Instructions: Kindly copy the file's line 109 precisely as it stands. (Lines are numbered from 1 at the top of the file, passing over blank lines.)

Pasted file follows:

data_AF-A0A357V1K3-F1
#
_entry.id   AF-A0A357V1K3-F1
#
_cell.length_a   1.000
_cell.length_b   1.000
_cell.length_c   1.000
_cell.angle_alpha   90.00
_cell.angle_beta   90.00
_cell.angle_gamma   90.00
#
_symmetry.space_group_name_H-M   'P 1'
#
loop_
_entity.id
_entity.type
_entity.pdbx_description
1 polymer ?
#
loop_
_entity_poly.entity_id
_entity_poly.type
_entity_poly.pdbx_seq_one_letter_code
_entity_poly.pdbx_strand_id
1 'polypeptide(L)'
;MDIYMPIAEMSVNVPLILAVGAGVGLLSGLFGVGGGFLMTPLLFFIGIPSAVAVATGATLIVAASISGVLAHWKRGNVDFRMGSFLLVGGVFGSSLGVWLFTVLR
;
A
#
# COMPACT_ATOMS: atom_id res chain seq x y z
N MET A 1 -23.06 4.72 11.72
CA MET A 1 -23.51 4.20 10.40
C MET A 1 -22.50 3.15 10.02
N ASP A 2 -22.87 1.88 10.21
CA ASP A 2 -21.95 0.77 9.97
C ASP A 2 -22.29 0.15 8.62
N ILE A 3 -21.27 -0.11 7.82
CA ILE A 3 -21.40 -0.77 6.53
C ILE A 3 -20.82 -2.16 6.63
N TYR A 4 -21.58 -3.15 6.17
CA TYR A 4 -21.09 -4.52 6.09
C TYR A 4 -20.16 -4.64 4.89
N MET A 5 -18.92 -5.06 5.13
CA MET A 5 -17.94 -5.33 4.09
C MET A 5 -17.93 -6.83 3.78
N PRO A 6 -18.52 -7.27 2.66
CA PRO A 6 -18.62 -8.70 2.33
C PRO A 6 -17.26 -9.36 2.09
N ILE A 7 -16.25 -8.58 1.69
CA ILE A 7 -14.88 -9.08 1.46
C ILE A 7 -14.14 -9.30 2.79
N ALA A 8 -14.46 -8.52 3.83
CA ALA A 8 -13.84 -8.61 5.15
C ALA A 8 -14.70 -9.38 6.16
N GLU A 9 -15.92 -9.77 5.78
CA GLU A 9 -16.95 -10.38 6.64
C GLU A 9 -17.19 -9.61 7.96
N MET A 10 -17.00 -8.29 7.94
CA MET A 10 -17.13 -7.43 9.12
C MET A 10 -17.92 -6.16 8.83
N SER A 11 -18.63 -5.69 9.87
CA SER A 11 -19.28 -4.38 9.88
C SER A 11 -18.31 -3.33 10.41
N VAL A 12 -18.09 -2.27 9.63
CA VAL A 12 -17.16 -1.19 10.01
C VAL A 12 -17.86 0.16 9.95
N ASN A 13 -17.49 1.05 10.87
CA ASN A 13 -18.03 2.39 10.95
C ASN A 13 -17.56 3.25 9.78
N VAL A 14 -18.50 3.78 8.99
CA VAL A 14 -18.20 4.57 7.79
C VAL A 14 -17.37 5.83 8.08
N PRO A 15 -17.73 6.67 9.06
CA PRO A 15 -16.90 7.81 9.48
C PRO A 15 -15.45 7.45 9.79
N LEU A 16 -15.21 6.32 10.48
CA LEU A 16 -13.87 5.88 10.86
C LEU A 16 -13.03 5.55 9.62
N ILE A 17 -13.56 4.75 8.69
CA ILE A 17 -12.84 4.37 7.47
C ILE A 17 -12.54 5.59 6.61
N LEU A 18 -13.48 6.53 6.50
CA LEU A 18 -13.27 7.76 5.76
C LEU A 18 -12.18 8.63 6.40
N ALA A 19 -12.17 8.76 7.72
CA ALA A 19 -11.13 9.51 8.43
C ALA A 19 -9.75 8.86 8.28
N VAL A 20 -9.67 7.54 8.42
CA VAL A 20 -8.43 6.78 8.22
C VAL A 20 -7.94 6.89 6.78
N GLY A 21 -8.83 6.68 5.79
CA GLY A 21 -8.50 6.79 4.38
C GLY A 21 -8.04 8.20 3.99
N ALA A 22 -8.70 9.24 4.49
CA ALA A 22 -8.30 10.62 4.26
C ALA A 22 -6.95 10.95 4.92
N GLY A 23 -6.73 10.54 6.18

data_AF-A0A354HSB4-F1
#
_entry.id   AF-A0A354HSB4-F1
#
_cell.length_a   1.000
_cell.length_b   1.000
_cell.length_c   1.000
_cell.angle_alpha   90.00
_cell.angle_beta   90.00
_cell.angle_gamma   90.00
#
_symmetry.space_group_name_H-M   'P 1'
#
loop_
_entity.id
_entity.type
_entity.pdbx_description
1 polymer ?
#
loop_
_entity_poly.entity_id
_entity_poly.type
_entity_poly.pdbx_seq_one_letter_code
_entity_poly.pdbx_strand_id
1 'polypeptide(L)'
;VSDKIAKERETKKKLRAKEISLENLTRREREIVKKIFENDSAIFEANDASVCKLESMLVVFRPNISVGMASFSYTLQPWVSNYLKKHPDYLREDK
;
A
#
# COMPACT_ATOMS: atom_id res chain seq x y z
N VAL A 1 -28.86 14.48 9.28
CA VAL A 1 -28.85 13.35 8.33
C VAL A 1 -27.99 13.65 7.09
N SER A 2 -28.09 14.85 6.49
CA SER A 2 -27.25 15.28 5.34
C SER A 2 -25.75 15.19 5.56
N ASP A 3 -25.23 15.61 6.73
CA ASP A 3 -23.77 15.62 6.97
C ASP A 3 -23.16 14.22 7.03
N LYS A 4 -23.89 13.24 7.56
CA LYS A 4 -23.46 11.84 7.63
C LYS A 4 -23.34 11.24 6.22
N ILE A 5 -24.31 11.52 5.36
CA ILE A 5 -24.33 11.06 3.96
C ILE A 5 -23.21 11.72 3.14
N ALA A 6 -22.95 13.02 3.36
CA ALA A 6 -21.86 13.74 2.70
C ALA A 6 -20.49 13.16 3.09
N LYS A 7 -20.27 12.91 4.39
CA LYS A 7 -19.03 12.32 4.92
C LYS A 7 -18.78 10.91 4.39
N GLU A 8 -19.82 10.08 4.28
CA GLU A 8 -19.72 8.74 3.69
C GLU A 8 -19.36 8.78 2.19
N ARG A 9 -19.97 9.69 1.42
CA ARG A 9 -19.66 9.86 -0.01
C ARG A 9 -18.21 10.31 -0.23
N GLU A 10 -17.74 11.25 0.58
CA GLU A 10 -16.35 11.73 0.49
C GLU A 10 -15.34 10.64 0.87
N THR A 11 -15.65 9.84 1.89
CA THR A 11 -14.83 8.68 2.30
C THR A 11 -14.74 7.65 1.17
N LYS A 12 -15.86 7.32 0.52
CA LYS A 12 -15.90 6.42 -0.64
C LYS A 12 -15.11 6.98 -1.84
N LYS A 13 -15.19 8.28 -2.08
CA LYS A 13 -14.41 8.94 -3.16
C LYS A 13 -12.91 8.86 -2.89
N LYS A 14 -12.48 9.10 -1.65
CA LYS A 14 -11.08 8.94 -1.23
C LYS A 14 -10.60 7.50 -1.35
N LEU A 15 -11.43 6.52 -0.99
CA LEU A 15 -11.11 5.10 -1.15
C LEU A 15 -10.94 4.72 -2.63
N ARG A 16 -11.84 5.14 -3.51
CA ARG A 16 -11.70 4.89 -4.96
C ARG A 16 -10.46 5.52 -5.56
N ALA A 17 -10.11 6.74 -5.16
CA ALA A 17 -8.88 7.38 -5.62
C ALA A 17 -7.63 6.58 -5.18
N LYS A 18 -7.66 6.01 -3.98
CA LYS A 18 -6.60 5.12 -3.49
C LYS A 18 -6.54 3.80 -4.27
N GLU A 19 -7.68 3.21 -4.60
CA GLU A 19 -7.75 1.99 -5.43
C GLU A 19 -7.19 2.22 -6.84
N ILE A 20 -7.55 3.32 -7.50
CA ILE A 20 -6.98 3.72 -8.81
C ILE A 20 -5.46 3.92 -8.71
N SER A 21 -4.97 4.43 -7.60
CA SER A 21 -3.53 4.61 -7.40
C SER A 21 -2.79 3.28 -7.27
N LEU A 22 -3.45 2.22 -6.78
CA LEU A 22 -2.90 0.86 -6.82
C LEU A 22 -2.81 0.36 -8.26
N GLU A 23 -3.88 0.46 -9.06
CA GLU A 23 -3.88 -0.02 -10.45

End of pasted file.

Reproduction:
_symmetry.space_group_name_H-M   'P 1'